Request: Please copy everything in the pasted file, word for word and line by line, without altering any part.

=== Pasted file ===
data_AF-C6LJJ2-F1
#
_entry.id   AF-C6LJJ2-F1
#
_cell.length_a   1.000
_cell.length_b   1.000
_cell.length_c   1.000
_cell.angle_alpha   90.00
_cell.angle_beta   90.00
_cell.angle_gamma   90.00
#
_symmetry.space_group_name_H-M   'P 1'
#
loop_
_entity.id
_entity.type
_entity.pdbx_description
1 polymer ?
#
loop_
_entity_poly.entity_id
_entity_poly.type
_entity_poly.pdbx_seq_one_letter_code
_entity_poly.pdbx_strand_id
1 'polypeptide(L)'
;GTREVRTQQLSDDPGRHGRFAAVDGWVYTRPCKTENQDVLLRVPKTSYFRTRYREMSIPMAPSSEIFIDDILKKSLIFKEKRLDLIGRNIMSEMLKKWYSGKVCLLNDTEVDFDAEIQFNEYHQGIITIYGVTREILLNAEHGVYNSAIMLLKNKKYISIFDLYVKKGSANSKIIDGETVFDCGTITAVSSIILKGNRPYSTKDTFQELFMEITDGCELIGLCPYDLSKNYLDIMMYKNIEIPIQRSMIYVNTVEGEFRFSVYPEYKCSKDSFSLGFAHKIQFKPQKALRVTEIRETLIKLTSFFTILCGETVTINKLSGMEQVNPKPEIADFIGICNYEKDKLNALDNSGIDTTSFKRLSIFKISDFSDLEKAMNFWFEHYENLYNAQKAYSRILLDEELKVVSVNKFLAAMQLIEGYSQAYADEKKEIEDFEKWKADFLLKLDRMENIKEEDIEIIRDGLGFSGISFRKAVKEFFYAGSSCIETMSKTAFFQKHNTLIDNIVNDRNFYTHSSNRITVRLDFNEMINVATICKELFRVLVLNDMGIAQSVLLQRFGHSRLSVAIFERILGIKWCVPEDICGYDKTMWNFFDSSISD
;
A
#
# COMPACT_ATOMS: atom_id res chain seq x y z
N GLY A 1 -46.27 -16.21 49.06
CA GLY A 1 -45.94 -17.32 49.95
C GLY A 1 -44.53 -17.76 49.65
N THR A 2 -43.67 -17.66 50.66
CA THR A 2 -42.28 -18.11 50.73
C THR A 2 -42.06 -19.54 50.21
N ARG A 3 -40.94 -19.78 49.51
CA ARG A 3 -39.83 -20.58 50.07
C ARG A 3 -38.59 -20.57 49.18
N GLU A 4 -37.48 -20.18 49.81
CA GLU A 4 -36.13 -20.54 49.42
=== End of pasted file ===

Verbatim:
data_AF-C6LJJ2-F1
#
_entry.id   AF-C6LJJ2-F1
#
_cell.length_a   1.000
_cell.length_b   1.000
_cell.length_c   1.000
_cell.angle_alpha   90.00
_cell.angle_beta   90.00
_cell.angle_gamma   90.00
#
_symmetry.space_group_name_H-M   'P 1'
#
loop_
_entity.id
_entity.type
_entity.pdbx_description
1 polymer ?
#
loop_
_entity_poly.entity_id
_entity_poly.type
_entity_poly.pdbx_seq_one_letter_code
_entity_poly.pdbx_strand_id
1 'polypeptide(L)'
;GTREVRTQQLSDDPGRHGRFAAVDGWVYTRPCKTENQDVLLRVPKTSYFRTRYREMSIPMAPSSEIFIDDILKKSLIFKEKRLDLIGRNIMSEMLKKWYSGKVCLLNDTEVDFDAEIQFNEYHQGIITIYGVTREILLNAEHGVYNSAIMLLKNKKYISIFDLYVKKGSANSKIIDGETVFDCGTITAVSSIILKGNRPYSTKDTFQELFMEITDGCELIGLCPYDLSKNYLDIMMYKNIEIPIQRSMIYVNTVEGEFRFSVYPEYKCSKDSFSLGFAHKIQFKPQKALRVTEIRETLIKLTSFFTILCGETVTINKLSGMEQVNPKPEIADFIGICNYEKDKLNALDNSGIDTTSFKRLSIFKISDFSDLEKAMNFWFEHYENLYNAQKAYSRILLDEELKVVSVNKFLAAMQLIEGYSQAYADEKKEIEDFEKWKADFLLKLDRMENIKEEDIEIIRDGLGFSGISFRKAVKEFFYAGSSCIETMSKTAFFQKHNTLIDNIVNDRNFYTHSSNRITVRLDFNEMINVATICKELFRVLVLNDMGIAQSVLLQRFGHSRLSVAIFERILGIKWCVPEDICGYDKTMWNFFDSSISD
;
A
#
# COMPACT_ATOMS: atom_id res chain seq x y z
N GLY A 1 -46.27 -16.21 49.06
CA GLY A 1 -45.94 -17.32 49.95
C GLY A 1 -44.53 -17.76 49.65
N THR A 2 -43.67 -17.66 50.66
CA THR A 2 -42.28 -18.11 50.73
C THR A 2 -42.06 -19.54 50.21
N ARG A 3 -40.94 -19.78 49.51
CA ARG A 3 -39.83 -20.58 50.07
C ARG A 3 -38.59 -20.57 49.18
N GLU A 4 -37.48 -20.18 49.81
CA GLU A 4 -36.13 -20.54 49.42